Noake's Worcestershire Page 324


of the gardens is a cedar of Libanus, planted in 1749, which is perhaps the largest in the kingdom. The Court is backed by woods, and has an extensive lake of water. The family of Winnington is of great antiquity in Cheshire, and has produced some distinguished individuals, among whom were Sir Francis, Solicitor General to Charles II, and the Right Hon. Thomas, Lord of the Admiralty, &c., early in the last century.

Southstone Rock, about a mile from the church, is said to be the largest mass of travertine in the island. It was formerly the retreat of hermits and the resort of pilgrims, to taste the waters of a holy well. There are cells in the rock, and at the top was formerly a chapel, belonging to the Abbey of Evesham. A short distance above the park are the remains of a British camp. Among the curious names of places are Devil's Den, Hell Hole, and Death's Dingle; and hereabout grows the plant called "Devil's Bit" (Succisa pratensis), which, tradition says, was given to heal man of any deadly wounds, but When Satan saw what numbers of the human race it deprived him of, he, in spite, bit the roots off, whereupon it miraculously grew without those usually necessary appendages; and this is the reason we find it growing apparently without roots.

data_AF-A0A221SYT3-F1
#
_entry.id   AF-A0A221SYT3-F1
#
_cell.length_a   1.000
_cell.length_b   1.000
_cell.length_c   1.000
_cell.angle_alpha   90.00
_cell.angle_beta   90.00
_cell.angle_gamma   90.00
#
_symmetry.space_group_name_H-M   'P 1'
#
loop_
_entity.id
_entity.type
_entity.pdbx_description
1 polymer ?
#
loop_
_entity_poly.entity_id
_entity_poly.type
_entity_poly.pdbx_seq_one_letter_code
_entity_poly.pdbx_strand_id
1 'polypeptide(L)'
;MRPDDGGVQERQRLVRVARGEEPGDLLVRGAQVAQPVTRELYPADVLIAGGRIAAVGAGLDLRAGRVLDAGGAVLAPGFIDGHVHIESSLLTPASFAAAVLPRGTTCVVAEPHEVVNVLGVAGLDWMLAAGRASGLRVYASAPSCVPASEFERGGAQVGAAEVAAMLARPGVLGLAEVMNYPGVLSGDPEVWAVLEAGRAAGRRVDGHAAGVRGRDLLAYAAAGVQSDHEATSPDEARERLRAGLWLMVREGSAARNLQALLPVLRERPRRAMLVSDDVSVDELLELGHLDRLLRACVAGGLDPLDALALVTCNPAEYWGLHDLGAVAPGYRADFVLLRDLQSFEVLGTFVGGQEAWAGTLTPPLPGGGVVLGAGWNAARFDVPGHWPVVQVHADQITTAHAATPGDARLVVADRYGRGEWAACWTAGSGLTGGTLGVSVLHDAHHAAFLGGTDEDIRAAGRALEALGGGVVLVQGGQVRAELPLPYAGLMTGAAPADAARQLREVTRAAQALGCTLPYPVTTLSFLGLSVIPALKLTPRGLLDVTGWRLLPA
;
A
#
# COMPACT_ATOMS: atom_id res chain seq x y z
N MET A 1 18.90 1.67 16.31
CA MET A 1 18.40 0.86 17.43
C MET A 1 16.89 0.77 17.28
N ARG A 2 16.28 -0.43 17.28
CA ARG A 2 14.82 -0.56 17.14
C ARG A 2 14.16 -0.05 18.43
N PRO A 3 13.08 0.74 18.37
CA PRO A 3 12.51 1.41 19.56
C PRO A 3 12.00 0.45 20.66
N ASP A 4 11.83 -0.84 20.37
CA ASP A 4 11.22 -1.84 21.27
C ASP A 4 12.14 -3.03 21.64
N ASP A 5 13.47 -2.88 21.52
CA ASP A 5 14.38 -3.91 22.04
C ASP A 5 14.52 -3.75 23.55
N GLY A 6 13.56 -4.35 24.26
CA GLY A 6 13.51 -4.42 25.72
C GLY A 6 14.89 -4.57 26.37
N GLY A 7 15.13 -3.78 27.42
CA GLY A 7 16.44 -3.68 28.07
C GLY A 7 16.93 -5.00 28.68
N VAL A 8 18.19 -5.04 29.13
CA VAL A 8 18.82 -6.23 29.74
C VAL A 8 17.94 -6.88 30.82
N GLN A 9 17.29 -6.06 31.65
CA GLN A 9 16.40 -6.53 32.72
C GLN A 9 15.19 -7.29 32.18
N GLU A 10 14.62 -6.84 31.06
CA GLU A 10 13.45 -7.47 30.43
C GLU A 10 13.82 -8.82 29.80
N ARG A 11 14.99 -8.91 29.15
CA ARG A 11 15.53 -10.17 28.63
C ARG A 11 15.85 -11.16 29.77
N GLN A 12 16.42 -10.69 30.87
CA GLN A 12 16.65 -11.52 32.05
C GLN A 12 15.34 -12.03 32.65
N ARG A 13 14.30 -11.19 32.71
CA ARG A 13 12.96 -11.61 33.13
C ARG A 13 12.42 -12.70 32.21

HERE is a little village, some twenty miles from Worcester and only seven-and-a-half miles from Gloucester; once a town of some importance, having a charter for a Wednesday's market and four days' fair; was successively held by the families of De Staunton, Whittington, Horton, Cookes, and Lechmere, and the present Sir Edmund Lechmere is lord of the manor; is watered by the Ledden, - denominated "a melancholy stream," from Herefordshire;